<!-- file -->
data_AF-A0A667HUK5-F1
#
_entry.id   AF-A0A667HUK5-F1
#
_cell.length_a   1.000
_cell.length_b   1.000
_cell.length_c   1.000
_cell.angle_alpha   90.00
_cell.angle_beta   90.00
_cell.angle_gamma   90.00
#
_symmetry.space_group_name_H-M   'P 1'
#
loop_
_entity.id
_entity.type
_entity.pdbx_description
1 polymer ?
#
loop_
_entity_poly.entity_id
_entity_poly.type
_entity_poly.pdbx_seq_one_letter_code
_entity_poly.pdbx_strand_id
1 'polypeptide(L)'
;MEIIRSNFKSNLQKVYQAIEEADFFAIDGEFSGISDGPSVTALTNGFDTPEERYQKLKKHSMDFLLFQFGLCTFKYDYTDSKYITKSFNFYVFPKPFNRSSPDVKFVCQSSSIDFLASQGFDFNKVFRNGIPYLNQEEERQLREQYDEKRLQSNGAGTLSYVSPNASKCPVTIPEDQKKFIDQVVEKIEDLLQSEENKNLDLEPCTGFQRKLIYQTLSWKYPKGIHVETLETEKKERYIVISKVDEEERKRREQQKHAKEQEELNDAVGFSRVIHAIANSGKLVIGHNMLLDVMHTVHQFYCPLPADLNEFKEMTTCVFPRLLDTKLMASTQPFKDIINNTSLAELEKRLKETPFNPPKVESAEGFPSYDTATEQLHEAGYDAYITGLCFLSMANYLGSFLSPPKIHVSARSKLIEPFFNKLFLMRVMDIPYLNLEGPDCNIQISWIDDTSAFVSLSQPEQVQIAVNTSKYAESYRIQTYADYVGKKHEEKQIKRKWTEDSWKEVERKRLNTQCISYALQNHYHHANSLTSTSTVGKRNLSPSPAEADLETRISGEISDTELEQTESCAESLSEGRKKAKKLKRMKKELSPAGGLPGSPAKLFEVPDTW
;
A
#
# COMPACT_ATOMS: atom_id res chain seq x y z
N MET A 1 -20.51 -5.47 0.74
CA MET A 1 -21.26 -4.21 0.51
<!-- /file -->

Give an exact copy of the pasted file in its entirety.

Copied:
data_AF-A0A667HUK5-F1
#
_entry.id   AF-A0A667HUK5-F1
#
_cell.length_a   1.000
_cell.length_b   1.000
_cell.length_c   1.000
_cell.angle_alpha   90.00
_cell.angle_beta   90.00
_cell.angle_gamma   90.00
#
_symmetry.space_group_name_H-M   'P 1'
#
loop_
_entity.id
_entity.type
_entity.pdbx_description
1 polymer ?
#
loop_
_entity_poly.entity_id
_entity_poly.type
_entity_poly.pdbx_seq_one_letter_code
_entity_poly.pdbx_strand_id
1 'polypeptide(L)'
;MEIIRSNFKSNLQKVYQAIEEADFFAIDGEFSGISDGPSVTALTNGFDTPEERYQKLKKHSMDFLLFQFGLCTFKYDYTDSKYITKSFNFYVFPKPFNRSSPDVKFVCQSSSIDFLASQGFDFNKVFRNGIPYLNQEEERQLREQYDEKRLQSNGAGTLSYVSPNASKCPVTIPEDQKKFIDQVVEKIEDLLQSEENKNLDLEPCTGFQRKLIYQTLSWKYPKGIHVETLETEKKERYIVISKVDEEERKRREQQKHAKEQEELNDAVGFSRVIHAIANSGKLVIGHNMLLDVMHTVHQFYCPLPADLNEFKEMTTCVFPRLLDTKLMASTQPFKDIINNTSLAELEKRLKETPFNPPKVESAEGFPSYDTATEQLHEAGYDAYITGLCFLSMANYLGSFLSPPKIHVSARSKLIEPFFNKLFLMRVMDIPYLNLEGPDCNIQISWIDDTSAFVSLSQPEQVQIAVNTSKYAESYRIQTYADYVGKKHEEKQIKRKWTEDSWKEVERKRLNTQCISYALQNHYHHANSLTSTSTVGKRNLSPSPAEADLETRISGEISDTELEQTESCAESLSEGRKKAKKLKRMKKELSPAGGLPGSPAKLFEVPDTW
;
A
#
# COMPACT_ATOMS: atom_id res chain seq x y z
N MET A 1 -20.51 -5.47 0.74
CA MET A 1 -21.26 -4.21 0.51